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Infant mortality, income and adult stature in Spain

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  • Mariano Bosch
  • Carlos Bozzoli
  • Climent Quintana

Abstract

This paper presents new evidence on the relationship between infant mortality at the year of birth and adult stature using regional data for five cohorts in Spain, born between 1969 and 1986, a period of significant economic and social transformation. Consistent with previous studies, we find that there is a strong negative correlation between infant mortality and adult height, even after controlling for: secular changes affecting both infant mortality and adult height, constant differences across regions, and economic conditions at birth. Interestingly, we do not find a role for either GDP per capita or income inequality in the year of birth in explaining average cohort height after accounting for infant mortality in the year of birth. Disease, not income, appears to have been the constraining factor in Spain, at least after 1969. The burden of disease in childhood can have long-lasting effects on health, reflected in differences in adult stature. Our results resonate on recent empirical findings for developed and developing countries, and suggest that the epidemiological transition in the 20 years leading to Spain’s entry into European Union led to subsequent improvements in adult height.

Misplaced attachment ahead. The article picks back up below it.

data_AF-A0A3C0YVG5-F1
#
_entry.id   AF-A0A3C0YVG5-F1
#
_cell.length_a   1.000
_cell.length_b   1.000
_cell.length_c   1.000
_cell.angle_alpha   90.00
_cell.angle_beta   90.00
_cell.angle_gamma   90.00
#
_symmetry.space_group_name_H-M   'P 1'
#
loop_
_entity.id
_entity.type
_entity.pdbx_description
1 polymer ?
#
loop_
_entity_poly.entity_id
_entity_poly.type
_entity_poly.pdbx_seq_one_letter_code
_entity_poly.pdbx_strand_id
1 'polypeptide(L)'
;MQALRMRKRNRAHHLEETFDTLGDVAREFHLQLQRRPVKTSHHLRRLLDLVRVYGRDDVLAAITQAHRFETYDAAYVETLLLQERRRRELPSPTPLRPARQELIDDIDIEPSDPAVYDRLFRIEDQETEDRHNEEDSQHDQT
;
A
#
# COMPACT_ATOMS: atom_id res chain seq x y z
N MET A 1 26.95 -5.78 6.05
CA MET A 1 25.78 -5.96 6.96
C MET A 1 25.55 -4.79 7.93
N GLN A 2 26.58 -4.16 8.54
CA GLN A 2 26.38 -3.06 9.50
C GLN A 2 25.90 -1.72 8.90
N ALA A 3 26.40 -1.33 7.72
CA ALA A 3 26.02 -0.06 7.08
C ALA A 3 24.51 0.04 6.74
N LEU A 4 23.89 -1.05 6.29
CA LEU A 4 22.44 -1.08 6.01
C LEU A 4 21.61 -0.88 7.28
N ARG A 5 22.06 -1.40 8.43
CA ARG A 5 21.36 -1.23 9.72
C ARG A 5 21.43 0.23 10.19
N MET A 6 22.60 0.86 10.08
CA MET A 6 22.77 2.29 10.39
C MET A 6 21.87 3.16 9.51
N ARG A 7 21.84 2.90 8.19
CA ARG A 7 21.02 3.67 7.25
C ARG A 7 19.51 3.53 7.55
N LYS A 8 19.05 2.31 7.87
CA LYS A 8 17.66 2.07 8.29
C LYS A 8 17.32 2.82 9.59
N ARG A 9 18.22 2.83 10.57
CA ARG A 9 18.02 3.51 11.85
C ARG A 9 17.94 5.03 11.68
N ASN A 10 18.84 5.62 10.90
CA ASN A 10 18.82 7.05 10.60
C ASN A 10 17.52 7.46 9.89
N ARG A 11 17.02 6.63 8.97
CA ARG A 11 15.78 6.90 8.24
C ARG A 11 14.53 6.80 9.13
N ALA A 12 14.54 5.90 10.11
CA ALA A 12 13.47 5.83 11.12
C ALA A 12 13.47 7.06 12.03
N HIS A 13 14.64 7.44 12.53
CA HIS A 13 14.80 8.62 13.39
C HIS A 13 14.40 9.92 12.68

Suggested Citation

  • Mariano Bosch & Carlos Bozzoli & Climent Quintana, 2009. "Infant mortality, income and adult stature in Spain," Working Papers 2009-27, FEDEA.
  • Handle: RePEc:fda:fdaddt:2009-27
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    Cited by:

    1. Peracchi, Franco & Arcaleni, Emilia, 2011. "Early-life environment, height and BMI of young men in Italy," Economics & Human Biology, Elsevier, vol. 9(3), pages 251-264, July.
    2. Timothy J. Hatton, 2014. "How have Europeans grown so tall?," Oxford Economic Papers, Oxford University Press, vol. 66(2), pages 349-372.
    3. Ramón María-Dolores & José Miguel Martínez Carrión, 2009. "The relationship between height and economic development in Spain. A historical perspective," Documentos de Trabajo (DT-AEHE) 0912, Asociacion Espa–ola de Historia Economica.
    4. Víctor Hugo de Oliveira Sila & Climent Quintana, 2009. "Infant disease, economic conditions at birth and adult stature in Brazil," Working Papers 2009-33, FEDEA.
    5. María-Dolores, Ramón & Martínez-Carrión, José Miguel, 2011. "The relationship between height and economic development in Spain, 1850-1958," Economics & Human Biology, Elsevier, vol. 9(1), pages 30-44, January.

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